I just returned from the midnight screening of Civil War, for the Australian cinema release. This is how it made me feel. I've tried to be as spoiler free as possible.
I had been spending the best part of the evening playing a video game, something of rarity for me, considering how busy I am with work these days. Video game playing was exclusively a weekend activity! But as the sun set on a very cool Autumn evening, a Wednesday in late April, suddenly felt like a Saturday. Midnight tonight, the anticipated release of Marvel's biggest cinematic entry yet.
I readily kept an eye on the time as it passed, 5pm, 6pm, 7pm. Facebook friends began posting their own countdowns. 8pm, 9pm, 10pm. I sent a text message to my friend who was joining me at the screening to plan where we were going to meet. Now 10.30pm. I realised I hadn't eaten dinner yet. I double checked I had my tickets, twice, three times. A mixture of nerves and excitement. Should just a movie make you feel like this?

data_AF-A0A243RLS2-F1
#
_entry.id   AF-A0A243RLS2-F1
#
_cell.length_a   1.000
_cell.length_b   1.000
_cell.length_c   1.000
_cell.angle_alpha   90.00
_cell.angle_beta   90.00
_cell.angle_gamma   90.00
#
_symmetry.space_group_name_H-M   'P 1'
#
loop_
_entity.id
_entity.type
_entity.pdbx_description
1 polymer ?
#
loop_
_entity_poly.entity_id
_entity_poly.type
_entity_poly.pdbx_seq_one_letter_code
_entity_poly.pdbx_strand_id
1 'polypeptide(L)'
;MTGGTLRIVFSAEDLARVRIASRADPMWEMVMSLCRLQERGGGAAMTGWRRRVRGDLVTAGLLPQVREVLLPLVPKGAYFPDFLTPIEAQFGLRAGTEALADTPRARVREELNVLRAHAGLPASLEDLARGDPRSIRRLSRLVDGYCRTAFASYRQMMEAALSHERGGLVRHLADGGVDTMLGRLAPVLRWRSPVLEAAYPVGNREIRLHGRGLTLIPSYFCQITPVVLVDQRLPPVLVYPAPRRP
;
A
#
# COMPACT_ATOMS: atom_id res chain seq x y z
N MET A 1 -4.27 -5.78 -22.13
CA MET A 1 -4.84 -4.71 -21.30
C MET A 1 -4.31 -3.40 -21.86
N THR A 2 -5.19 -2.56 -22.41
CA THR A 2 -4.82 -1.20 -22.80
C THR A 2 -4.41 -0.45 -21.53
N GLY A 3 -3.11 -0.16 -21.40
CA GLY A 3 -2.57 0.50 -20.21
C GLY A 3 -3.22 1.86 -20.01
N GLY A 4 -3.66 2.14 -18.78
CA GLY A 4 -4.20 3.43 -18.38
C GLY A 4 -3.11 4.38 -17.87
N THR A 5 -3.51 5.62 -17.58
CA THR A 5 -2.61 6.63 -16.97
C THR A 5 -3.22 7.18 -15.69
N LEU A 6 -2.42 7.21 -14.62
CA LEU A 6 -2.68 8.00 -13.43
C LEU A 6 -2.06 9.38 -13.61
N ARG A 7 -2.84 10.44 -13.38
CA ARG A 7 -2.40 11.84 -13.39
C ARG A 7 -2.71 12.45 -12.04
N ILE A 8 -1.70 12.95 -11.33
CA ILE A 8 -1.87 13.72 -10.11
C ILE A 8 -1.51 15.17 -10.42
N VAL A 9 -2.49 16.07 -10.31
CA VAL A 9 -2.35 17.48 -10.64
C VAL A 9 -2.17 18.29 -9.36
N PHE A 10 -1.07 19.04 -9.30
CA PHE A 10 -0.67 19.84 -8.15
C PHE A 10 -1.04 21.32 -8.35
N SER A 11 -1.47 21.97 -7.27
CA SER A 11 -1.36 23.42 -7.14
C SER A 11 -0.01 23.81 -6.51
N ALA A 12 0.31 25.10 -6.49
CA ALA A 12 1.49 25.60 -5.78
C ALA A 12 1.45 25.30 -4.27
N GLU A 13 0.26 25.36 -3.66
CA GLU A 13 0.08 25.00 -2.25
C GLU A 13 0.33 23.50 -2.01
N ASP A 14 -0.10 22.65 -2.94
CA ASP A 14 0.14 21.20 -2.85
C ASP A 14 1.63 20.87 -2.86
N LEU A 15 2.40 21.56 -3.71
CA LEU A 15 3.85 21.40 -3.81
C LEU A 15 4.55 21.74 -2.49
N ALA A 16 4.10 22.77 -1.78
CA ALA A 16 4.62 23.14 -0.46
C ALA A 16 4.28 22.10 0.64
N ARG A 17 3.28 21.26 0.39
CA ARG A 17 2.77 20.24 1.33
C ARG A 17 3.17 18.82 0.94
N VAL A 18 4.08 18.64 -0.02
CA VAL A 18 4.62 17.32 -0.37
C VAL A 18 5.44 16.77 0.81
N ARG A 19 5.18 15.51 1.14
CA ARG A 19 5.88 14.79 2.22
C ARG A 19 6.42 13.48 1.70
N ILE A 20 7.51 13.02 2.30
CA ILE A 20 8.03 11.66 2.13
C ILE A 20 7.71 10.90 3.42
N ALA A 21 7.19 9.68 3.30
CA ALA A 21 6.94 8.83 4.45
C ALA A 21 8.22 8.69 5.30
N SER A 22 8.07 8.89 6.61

"Perhaps it should," I decided.
The anticipation was a bit of deja vu to just five months ago for another Disney property. The Force Awakens was a pure cinema experience. To think I was reliving those similar emotions over another movie, made the feeling all that more important. My expectations were high.
Yet in the back of mind their was a niggling feeling. A sense of doubt. A worry. I had already played my hand. I completely and utterly destroyed Batman V Superman just a month or so ago in an article that encouraged vicious personal attacks, as well as plenty of arguments on Facebook. I argued that Synder had forgot to in stow a levity and heart to his story, leaving his ultimate conflict between Vigilante and God, feeling contrived and lacking depth. I said that likely Civil War will get it right.